New Jersey Ending Income Tax Pact with Pennsylvania
In September 2016, the governor of New Jersey ended a tax reciprocal agreement with Pennsylvania effective Jan. 1, 2017.
The nearly 40-year-old agreement allowed commuters to pay income tax to the state where they live, rather than the state where they work.
Ending the agreement impacts nearly 250,000 workers and thousands of employers in PA and NJ.
In 2018, indivduals must file income tax returns in both states. PA residents will get a credit for income tax paid to NJ on wages earned there. NJ will do the same.
PA has a flat tax rate of 3.07 percent. The NJ tax rate increases by income level.
WHEN IS THE CHANGE EFFECTIVE?
The change takes effect Jan. 1, 2017. Impacted workers will file two tax returns in 2018 for wages earned in 2017.
DOES THIS IMPACT THE TAX RETURN I FILE IN 2017?
No. However, certain taxpayers will file quarterly estimated payments for 2017 wages (see below).
HOW DOES THIS AFFECT PA RESIDENTS WORKING IN NJ?
Starting in 2018, PA residents working in NJ will file a NJ income tax return then file a PA Income Tax Return (PA- 40). They will get a credit toward their PA income tax obligation for income tax paid to NJ. This is called a resident credit.
To get the credit, complete a PA Schedule G-L, Resident Credit for Taxes Paid to Other States and include a copy of the NJ return when filing with PA. The credit is the lesser of tax paid to NJ or the income subject to tax in both states times 3.07%.
Certain workers will make quarterly payments (see below).
DO I INFORM MY EMPLOYER IF THIS IMPACTS ME?
We recommend telling your employer if the change affects you. There may be forms to complete so the proper taxes are withheld and
remitted on your behalf. Check your pay statements to ensure the tax is withheld for the state where you work.
WHO MUST MAKE ESTIMATED PAYMENTS STARTING IN 2017?
If you are a PA resident working in NJ and your employer doesn’t withhold PA tax, you may need to make estimated tax payments to the PA Department of Revenue to avoid the estimated underpayment penalty.
- Your employer withholds PA tax;
- Your employer doesn’t withhold PA tax, but you plan
to take the resident credit for taxes paid in NJ;
- You qualify for a Tax Forgiveness credit;
- Your total other income is less than $8,000.
If you are a NJ resident working in PA and your employer is not withholding NJ tax, you will need to contact the New Jersey Division of Taxation for its rules and regulations.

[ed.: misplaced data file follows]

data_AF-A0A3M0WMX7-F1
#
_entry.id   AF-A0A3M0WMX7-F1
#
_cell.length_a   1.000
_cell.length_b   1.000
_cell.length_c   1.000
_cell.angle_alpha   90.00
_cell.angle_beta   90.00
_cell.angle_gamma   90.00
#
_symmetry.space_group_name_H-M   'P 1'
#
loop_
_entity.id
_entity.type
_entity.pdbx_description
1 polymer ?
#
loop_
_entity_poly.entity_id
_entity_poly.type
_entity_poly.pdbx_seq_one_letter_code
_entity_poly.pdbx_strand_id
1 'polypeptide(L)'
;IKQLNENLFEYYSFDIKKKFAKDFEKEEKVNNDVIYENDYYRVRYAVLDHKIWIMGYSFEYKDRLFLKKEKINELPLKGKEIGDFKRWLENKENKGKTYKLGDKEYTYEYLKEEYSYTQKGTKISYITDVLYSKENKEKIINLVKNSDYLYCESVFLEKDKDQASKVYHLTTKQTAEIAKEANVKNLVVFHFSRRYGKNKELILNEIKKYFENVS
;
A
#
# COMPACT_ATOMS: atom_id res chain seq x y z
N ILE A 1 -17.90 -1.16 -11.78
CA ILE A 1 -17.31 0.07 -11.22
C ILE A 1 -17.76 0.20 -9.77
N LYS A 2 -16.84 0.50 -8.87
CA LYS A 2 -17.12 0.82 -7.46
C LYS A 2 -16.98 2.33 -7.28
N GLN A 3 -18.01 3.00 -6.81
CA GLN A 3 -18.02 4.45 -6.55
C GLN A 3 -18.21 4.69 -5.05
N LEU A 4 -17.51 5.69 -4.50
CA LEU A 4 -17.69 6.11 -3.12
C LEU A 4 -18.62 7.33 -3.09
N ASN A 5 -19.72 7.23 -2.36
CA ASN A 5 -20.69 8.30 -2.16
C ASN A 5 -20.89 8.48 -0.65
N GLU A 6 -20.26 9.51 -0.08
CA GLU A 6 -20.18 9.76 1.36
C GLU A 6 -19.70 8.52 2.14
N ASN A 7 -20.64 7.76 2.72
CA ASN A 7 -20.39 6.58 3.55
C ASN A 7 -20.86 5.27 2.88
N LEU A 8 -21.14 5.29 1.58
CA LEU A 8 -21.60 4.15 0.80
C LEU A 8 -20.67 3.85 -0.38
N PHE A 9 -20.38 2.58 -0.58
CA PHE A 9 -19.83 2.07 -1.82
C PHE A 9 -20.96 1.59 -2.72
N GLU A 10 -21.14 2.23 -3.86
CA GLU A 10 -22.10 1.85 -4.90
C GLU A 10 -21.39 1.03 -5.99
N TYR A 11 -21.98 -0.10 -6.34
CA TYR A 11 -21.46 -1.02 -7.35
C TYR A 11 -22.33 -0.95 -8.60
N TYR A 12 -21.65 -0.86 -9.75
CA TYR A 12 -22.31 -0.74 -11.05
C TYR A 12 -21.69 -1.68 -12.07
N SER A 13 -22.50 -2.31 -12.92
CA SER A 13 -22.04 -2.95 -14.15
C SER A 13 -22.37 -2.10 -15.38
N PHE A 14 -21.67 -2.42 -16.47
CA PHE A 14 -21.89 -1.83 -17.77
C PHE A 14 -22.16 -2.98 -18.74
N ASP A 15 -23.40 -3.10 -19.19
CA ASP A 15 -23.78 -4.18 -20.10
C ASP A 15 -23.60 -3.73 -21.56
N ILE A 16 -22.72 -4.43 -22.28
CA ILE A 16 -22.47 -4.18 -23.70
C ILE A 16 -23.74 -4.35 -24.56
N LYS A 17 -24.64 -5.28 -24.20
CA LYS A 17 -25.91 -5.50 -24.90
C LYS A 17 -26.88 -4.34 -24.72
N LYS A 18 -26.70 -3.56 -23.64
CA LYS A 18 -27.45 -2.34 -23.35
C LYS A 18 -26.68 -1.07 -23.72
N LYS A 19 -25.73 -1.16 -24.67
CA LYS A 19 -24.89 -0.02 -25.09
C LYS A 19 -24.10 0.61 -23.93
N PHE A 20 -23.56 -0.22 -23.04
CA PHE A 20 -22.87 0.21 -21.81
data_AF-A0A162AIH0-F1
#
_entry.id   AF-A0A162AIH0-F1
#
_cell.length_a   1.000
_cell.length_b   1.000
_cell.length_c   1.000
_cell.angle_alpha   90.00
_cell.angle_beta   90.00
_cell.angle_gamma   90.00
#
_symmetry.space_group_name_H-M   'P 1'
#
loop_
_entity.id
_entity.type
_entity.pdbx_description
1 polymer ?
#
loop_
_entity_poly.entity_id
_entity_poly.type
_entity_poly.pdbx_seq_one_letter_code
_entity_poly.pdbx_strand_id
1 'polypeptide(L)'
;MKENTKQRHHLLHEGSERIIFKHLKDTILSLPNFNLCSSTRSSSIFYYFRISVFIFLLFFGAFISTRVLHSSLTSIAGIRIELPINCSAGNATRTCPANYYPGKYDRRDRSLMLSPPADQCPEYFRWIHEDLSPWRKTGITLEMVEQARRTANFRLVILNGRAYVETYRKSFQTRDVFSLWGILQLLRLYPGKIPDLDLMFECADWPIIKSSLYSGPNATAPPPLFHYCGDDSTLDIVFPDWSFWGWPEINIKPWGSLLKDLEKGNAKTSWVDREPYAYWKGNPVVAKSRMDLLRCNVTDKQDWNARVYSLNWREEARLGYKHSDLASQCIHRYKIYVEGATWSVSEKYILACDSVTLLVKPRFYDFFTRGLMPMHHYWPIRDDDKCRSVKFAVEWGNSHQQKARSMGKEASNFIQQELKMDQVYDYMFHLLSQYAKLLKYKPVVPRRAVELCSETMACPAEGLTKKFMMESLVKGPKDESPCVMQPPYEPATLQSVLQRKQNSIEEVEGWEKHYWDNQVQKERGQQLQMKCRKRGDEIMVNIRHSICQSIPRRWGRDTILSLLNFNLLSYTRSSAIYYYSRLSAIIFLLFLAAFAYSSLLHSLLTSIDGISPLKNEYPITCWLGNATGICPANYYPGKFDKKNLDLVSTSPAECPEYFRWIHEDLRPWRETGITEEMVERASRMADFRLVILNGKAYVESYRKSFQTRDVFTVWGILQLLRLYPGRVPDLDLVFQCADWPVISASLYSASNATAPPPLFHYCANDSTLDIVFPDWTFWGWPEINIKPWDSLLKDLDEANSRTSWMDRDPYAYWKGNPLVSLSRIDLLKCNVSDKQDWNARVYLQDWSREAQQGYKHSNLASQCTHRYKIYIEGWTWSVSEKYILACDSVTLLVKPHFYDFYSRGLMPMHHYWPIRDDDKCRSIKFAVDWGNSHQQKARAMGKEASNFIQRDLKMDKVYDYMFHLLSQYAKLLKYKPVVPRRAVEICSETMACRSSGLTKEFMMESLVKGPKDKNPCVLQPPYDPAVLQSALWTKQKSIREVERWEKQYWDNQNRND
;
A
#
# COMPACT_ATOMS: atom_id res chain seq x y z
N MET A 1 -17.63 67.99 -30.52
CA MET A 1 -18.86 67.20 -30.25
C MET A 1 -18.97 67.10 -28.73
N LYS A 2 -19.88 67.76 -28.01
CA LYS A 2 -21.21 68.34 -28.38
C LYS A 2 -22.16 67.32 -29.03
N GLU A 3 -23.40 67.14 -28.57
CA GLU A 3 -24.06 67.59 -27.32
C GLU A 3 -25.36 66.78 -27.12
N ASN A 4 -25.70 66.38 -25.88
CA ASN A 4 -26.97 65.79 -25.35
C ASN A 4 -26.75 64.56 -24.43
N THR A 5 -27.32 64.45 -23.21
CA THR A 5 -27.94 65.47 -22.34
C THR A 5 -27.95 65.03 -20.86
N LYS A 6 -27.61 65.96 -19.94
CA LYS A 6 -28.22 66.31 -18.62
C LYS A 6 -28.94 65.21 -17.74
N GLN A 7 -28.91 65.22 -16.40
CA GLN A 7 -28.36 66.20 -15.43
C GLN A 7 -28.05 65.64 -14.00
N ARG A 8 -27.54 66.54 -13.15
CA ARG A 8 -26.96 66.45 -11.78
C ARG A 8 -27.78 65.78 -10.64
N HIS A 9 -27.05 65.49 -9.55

WILL I BE CHARGED A PENALTY SINCE I DIDN’T MAKE ESTIMATED PAYMENTS IN 2016?
No. This impacts wages earned starting Jan. 1, 2017.
I’M A PA RESIDENT WORKING IN BOTH PA AND NJ FOR THE SAME EMPLOYER. WHAT DOES IT MEAN TO ME?
Starting in 2017, if your employer meets the requirements to withhold income tax for both states, your employer will need to withhold taxes on the amount of compensation earned in both states.
However, you should calculate the number of days you work in PA and NJ and only pay income tax to NJ for the days you worked in that state. You should also claim a credit for taxes paid to NJ on PA Schedule G-L on your PA tax return.
If your employer only meets the requirements for withholding NJ taxes, your employer will only be required to withhold NJ income tax.
NEW JERSEY WORKERS
I’M A NJ RESIDENT WORKING IN PA, HOW DO I FILE MY TAXES?
Starting in 2018 you will file both a PA and NJ tax return. Indicate on your PA return (PA-40) that you are a nonresident. Report wages earned in PA and PA withholdings. The PA personal income tax rate is 3.07 percent. Next, complete the resident NJ return.
I HAVE A BUSINESS IN PA, AND EMPLOY NJ RESIDENT(S). WHAT DOES IT MEAN FOR ME?
Starting in 2017, you will need to withhold PA taxes for your employees that reside in NJ.
Since PA and NJ have different tax rates, your employee may ask you to voluntarily withhold and remit NJ taxes, so they don’t have to make estimated quarterly payments.
I OWN A BUSINESS IN NJ, AND I EMPLOY PA RESIDENT(S). WHAT DOES IT MEAN FOR ME?
For 2017, please consult NJ’s instructions for withholding requirements. However, since PA and NJ have different tax rates, your employee may ask you to withhold and remit PA taxes, so they don’t have to make estimated payments.
I OWN A BUSINESS AND EMPLOY WORKERS IN BOTH STATES. WHAT DOES IT MEAN FOR ME?
Starting in 2017, if your business meets the requirements to withhold income tax for both states, you will need to calculate the earnings and tax withholding on the amount of compensation earned by any employee that works in both states.